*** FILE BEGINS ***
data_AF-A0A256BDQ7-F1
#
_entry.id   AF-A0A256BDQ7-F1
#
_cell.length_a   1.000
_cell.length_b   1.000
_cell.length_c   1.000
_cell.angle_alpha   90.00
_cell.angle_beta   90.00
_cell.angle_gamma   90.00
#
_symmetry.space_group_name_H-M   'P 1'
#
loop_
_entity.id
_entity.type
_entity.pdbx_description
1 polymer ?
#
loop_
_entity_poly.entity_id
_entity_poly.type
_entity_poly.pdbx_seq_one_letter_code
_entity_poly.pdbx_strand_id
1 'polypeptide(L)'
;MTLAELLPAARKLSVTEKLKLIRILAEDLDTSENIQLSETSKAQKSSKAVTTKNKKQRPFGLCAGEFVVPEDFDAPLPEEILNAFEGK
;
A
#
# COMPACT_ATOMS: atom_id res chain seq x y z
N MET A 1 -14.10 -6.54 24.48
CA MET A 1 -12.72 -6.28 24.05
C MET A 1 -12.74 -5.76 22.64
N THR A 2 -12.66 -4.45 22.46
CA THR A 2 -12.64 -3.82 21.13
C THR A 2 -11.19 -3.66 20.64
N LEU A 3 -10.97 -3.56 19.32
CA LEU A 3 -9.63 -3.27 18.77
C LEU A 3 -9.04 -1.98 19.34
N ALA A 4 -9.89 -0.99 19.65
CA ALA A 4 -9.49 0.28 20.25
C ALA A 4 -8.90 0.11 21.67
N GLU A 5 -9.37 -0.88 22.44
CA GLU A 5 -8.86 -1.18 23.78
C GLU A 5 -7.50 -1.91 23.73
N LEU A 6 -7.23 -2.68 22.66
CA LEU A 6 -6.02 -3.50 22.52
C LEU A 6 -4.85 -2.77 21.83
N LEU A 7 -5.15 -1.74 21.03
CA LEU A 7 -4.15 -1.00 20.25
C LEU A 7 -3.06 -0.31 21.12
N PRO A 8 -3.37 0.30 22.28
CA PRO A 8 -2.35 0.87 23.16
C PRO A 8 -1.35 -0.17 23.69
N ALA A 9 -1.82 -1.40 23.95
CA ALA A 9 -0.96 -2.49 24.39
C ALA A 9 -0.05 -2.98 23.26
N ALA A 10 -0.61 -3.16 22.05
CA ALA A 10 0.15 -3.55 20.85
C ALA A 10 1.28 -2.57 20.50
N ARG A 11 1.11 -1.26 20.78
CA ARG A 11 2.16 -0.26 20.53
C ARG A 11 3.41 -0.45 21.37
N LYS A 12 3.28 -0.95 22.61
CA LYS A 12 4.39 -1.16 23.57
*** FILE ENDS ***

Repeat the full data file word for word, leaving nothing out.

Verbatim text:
data_AF-A0A256BDQ7-F1
#
_entry.id   AF-A0A256BDQ7-F1
#
_cell.length_a   1.000
_cell.length_b   1.000
_cell.length_c   1.000
_cell.angle_alpha   90.00
_cell.angle_beta   90.00
_cell.angle_gamma   90.00
#
_symmetry.space_group_name_H-M   'P 1'
#
loop_
_entity.id
_entity.type
_entity.pdbx_description
1 polymer ?
#
loop_
_entity_poly.entity_id
_entity_poly.type
_entity_poly.pdbx_seq_one_letter_code
_entity_poly.pdbx_strand_id
1 'polypeptide(L)'
;MTLAELLPAARKLSVTEKLKLIRILAEDLDTSENIQLSETSKAQKSSKAVTTKNKKQRPFGLCAGEFVVPEDFDAPLPEEILNAFEGK
;
A
#
# COMPACT_ATOMS: atom_id res chain seq x y z
N MET A 1 -14.10 -6.54 24.48
CA MET A 1 -12.72 -6.28 24.05
C MET A 1 -12.74 -5.76 22.64
N THR A 2 -12.66 -4.45 22.46
CA THR A 2 -12.64 -3.82 21.13
C THR A 2 -11.19 -3.66 20.64
N LEU A 3 -10.97 -3.56 19.32
CA LEU A 3 -9.63 -3.27 18.77
C LEU A 3 -9.04 -1.98 19.34
N ALA A 4 -9.89 -0.99 19.65
CA ALA A 4 -9.49 0.28 20.25
C ALA A 4 -8.90 0.11 21.67
N GLU A 5 -9.37 -0.88 22.44
CA GLU A 5 -8.86 -1.18 23.78
C GLU A 5 -7.50 -1.91 23.73
N LEU A 6 -7.23 -2.68 22.66
CA LEU A 6 -6.02 -3.50 22.52
C LEU A 6 -4.85 -2.77 21.83
N LEU A 7 -5.15 -1.74 21.03
CA LEU A 7 -4.15 -1.00 20.25
C LEU A 7 -3.06 -0.31 21.12
N PRO A 8 -3.37 0.30 22.28
CA PRO A 8 -2.35 0.87 23.16
C PRO A 8 -1.35 -0.17 23.69
N ALA A 9 -1.82 -1.40 23.95
CA ALA A 9 -0.96 -2.49 24.39
C ALA A 9 -0.05 -2.98 23.26
N ALA A 10 -0.61 -3.16 22.05
CA ALA A 10 0.15 -3.55 20.85
C ALA A 10 1.28 -2.57 20.50
N ARG A 11 1.11 -1.26 20.78
CA ARG A 11 2.16 -0.26 20.53
C ARG A 11 3.41 -0.45 21.37
N LYS A 12 3.28 -0.95 22.61
CA LYS A 12 4.39 -1.16 23.57